Fake goods pose real risks when shopping online

Gavel to Gavel

published in The Journal Record | December 22, 2016

By Rachel Blue

“‘Twas the week before Christmas, and one click of the mouse ordered the presents for all in the house. With two-day free shipping and discounts galore, we just shop online – why go to a store?”

Stress, traffic, the lure of free shipping, and the freedom to shop wearing pajamas make online shopping very attractive. Sites like eBay or Amazon may offer the opportunity to bestow the gift of a designer handbag or a vintage watch at a price that’s within reach. Those sites offer some legitimate bargains – closeouts, overstock, or closet cleanouts may be behind the excellent prices.

But they may also be fakes. Counterfeit goods are non-genuine goods that use a trademark without the trademark owner’s permission. Online sales in the United States have almost doubled in the last five years, from $168 billion in 2010 to $341 billion in 2015.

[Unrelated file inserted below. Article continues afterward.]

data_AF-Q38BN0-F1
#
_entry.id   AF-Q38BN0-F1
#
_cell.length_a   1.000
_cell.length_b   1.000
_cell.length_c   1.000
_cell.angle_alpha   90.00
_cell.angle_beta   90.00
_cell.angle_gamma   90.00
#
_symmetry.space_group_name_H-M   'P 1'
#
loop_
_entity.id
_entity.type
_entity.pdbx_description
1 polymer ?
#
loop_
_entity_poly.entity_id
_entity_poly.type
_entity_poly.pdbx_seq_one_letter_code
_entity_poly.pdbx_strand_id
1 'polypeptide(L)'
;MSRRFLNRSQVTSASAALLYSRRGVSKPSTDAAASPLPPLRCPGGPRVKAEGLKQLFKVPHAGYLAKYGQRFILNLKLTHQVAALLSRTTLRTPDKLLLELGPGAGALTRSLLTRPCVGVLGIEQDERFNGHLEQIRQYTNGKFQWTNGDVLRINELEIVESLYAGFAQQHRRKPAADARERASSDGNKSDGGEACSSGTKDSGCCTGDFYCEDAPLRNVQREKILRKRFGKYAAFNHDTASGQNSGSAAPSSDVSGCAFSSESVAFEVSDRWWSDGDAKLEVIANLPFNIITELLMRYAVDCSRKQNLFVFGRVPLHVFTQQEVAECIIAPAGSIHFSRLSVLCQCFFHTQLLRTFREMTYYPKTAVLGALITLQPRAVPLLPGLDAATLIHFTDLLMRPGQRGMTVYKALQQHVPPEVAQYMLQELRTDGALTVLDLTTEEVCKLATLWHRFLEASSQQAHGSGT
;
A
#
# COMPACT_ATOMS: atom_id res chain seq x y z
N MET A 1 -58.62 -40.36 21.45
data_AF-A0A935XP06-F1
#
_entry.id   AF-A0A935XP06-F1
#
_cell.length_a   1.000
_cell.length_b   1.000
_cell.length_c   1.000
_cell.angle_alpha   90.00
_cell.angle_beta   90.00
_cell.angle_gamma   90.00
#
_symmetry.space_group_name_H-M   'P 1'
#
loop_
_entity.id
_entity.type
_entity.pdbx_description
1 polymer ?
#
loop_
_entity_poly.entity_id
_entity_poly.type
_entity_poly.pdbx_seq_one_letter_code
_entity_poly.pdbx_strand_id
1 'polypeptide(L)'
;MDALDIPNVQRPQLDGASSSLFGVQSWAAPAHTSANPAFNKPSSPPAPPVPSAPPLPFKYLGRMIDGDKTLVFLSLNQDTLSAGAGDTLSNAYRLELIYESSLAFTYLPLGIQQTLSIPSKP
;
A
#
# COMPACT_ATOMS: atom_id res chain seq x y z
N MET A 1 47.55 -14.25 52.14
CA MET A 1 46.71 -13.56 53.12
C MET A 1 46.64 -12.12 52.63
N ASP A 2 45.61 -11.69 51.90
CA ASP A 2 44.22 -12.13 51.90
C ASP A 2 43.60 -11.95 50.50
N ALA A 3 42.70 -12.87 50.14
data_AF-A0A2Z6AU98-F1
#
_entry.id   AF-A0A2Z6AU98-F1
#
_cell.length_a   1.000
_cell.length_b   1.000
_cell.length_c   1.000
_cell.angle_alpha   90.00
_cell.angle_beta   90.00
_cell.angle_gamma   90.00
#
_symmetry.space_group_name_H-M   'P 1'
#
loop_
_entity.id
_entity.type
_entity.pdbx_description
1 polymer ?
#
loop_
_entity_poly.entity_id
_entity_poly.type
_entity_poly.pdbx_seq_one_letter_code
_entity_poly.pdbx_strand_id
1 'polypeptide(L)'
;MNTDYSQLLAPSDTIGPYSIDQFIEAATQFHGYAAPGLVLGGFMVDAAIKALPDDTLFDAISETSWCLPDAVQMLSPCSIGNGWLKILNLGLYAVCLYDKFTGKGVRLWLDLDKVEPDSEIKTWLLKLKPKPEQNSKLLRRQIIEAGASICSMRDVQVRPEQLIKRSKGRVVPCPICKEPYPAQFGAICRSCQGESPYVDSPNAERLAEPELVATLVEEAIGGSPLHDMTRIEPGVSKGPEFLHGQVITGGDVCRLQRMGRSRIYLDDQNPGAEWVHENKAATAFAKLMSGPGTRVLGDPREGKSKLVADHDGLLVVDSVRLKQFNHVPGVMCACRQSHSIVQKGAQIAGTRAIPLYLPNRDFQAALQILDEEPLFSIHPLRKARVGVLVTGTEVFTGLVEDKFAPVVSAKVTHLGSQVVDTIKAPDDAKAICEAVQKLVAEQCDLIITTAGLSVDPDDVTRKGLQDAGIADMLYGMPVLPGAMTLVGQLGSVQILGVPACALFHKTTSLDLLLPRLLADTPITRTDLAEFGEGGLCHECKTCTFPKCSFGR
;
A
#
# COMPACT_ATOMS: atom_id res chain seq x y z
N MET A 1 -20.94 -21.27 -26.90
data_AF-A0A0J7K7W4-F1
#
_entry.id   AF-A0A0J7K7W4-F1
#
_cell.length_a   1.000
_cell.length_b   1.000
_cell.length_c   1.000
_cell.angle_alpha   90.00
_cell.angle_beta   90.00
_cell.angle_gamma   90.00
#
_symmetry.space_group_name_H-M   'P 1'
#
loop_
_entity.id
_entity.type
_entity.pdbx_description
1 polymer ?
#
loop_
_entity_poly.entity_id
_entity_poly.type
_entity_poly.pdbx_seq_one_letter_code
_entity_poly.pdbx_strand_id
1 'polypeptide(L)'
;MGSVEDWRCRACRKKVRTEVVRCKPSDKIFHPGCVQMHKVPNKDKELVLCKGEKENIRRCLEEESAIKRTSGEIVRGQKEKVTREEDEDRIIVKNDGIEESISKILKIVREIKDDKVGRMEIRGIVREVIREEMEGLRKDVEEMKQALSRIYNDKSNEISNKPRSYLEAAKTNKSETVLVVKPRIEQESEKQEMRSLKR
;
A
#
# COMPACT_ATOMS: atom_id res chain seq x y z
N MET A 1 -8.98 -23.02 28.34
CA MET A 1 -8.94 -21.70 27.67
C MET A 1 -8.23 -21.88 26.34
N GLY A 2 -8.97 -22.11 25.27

At the same time, counterfeit goods now account for about $461 billion in global sales. In part, the spike is tied to the rise in online shopping. It’s much easier for the manufacturers of counterfeit goods to move product online, and no brick-and-mortar stores or locations means that it’s also easy to avoid getting caught.

Brand owners have been fighting back. Some, like Birkenstock, have pulled their products altogether from online retailers. Others have persuaded the big retailers to step up anti-counterfeiting measures. However, most industry experts agree that real change can’t come only from the supply side of the equation. To make a real difference in the problem, consumer demand must dry up.

The most immediate consequence for a U.S. buyer of a fake purse might just be an easily broken handle, but the repercussions are far more serious. Counterfeit goods have ties to illegal child labor, terrorists, human trafficking operations, and organized crime. Buying fake goods from online dealers can put you at risk for identity theft, credit card fraud, hacking and malware installation. Although it’s not illegal in the U.S. (yet) to buy counterfeit goods for personal use, it is in several other countries.

Fakes aren’t always easy to spot, especially since you can’t examine them closely when you’re shopping online. If you think it’s too good to be true, it probably is.

This article appeared in the December 22, 2016, issue of The Journal Record. It is reproduced with permission from the publisher. © The Journal Record Publishing Co.